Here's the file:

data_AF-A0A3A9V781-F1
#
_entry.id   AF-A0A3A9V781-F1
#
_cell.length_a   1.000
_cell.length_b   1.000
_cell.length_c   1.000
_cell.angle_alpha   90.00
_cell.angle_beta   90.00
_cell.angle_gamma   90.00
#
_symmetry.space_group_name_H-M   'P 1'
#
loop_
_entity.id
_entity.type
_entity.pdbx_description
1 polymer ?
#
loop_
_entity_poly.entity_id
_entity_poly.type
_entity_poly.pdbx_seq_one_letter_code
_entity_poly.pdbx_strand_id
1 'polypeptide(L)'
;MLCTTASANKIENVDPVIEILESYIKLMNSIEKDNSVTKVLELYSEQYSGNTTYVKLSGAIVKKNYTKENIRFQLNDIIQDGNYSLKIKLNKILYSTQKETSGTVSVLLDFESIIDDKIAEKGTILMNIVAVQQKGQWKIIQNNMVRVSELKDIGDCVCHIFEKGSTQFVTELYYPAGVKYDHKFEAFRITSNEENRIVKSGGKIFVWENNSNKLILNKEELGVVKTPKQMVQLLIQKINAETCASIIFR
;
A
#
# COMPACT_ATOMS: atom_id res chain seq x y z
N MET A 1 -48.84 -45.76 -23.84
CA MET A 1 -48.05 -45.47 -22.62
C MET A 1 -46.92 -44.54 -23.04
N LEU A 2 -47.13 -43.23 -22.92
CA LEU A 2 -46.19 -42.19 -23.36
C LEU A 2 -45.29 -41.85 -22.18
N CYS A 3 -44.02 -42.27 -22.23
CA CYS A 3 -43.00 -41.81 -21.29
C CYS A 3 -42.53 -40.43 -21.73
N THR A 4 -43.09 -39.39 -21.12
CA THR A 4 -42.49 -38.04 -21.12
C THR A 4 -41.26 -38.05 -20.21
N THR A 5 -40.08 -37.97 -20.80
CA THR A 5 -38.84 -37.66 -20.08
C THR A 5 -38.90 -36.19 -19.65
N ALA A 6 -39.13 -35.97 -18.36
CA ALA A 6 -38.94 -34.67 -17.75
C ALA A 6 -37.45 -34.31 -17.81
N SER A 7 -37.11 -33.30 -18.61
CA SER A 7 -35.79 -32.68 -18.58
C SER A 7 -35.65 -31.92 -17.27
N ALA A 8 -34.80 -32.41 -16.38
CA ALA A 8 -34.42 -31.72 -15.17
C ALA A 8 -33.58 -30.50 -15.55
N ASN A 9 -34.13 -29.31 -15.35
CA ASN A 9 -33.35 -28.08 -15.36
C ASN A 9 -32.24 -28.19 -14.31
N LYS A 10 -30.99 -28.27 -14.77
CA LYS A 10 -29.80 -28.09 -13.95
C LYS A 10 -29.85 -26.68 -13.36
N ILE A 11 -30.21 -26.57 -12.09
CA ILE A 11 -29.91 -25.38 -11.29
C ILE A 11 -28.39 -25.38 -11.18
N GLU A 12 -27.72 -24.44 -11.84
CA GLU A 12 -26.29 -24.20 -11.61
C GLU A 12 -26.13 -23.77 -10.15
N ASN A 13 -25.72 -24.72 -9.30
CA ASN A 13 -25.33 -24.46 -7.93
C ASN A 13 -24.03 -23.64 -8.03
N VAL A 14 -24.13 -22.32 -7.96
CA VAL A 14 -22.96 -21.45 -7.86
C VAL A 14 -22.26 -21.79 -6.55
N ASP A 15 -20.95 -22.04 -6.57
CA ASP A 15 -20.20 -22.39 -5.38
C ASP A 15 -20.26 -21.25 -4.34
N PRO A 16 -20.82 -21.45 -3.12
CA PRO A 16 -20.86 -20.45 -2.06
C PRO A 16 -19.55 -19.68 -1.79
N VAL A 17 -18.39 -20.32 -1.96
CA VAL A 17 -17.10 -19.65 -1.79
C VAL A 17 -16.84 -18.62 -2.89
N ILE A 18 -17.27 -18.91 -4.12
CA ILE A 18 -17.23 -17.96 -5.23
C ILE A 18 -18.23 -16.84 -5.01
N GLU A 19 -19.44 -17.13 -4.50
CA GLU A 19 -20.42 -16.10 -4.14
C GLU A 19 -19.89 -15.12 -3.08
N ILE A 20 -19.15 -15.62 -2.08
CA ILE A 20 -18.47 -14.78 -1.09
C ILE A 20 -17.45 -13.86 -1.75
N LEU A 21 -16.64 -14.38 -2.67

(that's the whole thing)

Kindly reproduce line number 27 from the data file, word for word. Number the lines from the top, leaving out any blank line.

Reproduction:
;